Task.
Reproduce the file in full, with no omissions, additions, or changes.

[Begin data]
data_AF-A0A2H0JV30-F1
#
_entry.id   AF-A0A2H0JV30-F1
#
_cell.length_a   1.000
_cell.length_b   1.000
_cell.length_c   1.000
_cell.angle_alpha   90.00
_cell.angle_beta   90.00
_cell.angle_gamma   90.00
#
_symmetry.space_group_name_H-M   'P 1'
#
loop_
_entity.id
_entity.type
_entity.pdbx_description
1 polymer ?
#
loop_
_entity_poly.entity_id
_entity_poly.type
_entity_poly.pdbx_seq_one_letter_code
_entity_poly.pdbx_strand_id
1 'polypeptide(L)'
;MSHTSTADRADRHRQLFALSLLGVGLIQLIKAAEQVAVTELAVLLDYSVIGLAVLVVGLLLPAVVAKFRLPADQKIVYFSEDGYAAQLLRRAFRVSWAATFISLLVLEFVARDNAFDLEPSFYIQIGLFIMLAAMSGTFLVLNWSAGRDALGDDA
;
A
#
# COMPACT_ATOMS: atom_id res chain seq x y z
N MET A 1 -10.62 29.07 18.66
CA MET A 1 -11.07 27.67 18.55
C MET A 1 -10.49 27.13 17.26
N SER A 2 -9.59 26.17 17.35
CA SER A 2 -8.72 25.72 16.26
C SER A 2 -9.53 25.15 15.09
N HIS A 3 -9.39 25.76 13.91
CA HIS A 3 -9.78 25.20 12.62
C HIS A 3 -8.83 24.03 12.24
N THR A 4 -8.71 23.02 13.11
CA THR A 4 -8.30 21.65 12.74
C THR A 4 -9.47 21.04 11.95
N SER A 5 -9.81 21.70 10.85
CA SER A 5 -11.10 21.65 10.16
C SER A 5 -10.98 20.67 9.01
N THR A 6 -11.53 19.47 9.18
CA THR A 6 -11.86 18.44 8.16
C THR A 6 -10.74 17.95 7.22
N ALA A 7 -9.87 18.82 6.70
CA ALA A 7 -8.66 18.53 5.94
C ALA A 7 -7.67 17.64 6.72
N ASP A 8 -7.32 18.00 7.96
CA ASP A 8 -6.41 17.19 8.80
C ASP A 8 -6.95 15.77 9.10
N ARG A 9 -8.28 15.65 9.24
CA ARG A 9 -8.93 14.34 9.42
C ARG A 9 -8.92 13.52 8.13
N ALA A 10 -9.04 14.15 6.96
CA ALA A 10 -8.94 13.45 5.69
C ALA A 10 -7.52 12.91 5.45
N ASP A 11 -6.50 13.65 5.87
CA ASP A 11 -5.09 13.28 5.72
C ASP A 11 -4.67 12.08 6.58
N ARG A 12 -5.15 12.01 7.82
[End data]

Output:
data_AF-A0A2H0JV30-F1
#
_entry.id   AF-A0A2H0JV30-F1
#
_cell.length_a   1.000
_cell.length_b   1.000
_cell.length_c   1.000
_cell.angle_alpha   90.00
_cell.angle_beta   90.00
_cell.angle_gamma   90.00
#
_symmetry.space_group_name_H-M   'P 1'
#
loop_
_entity.id
_entity.type
_entity.pdbx_description
1 polymer ?
#
loop_
_entity_poly.entity_id
_entity_poly.type
_entity_poly.pdbx_seq_one_letter_code
_entity_poly.pdbx_strand_id
1 'polypeptide(L)'
;MSHTSTADRADRHRQLFALSLLGVGLIQLIKAAEQVAVTELAVLLDYSVIGLAVLVVGLLLPAVVAKFRLPADQKIVYFSEDGYAAQLLRRAFRVSWAATFISLLVLEFVARDNAFDLEPSFYIQIGLFIMLAAMSGTFLVLNWSAGRDALGDDA
;
A
#
# COMPACT_ATOMS: atom_id res chain seq x y z
N MET A 1 -10.62 29.07 18.66
CA MET A 1 -11.07 27.67 18.55
C MET A 1 -10.49 27.13 17.26
N SER A 2 -9.59 26.17 17.35
CA SER A 2 -8.72 25.72 16.26
C SER A 2 -9.53 25.15 15.09
N HIS A 3 -9.39 25.76 13.91
CA HIS A 3 -9.78 25.20 12.62
C HIS A 3 -8.83 24.03 12.24
N THR A 4 -8.71 23.02 13.11
CA THR A 4 -8.30 21.65 12.74
C THR A 4 -9.47 21.04 11.95
N SER A 5 -9.81 21.70 10.85
CA SER A 5 -11.10 21.65 10.16
C SER A 5 -10.98 20.67 9.01
N THR A 6 -11.53 19.47 9.18
CA THR A 6 -11.86 18.44 8.16
C THR A 6 -10.74 17.95 7.22
N ALA A 7 -9.87 18.82 6.70
CA ALA A 7 -8.66 18.53 5.94
C ALA A 7 -7.67 17.64 6.72
N ASP A 8 -7.32 18.00 7.96
CA ASP A 8 -6.41 17.19 8.80
C ASP A 8 -6.95 15.77 9.10
N ARG A 9 -8.28 15.65 9.24
CA ARG A 9 -8.93 14.34 9.42
C ARG A 9 -8.92 13.52 8.13
N ALA A 10 -9.04 14.15 6.96
CA ALA A 10 -8.94 13.45 5.69
C ALA A 10 -7.52 12.91 5.45
N ASP A 11 -6.50 13.65 5.87
CA ASP A 11 -5.09 13.28 5.72
C ASP A 11 -4.67 12.08 6.58
N ARG A 12 -5.15 12.01 7.82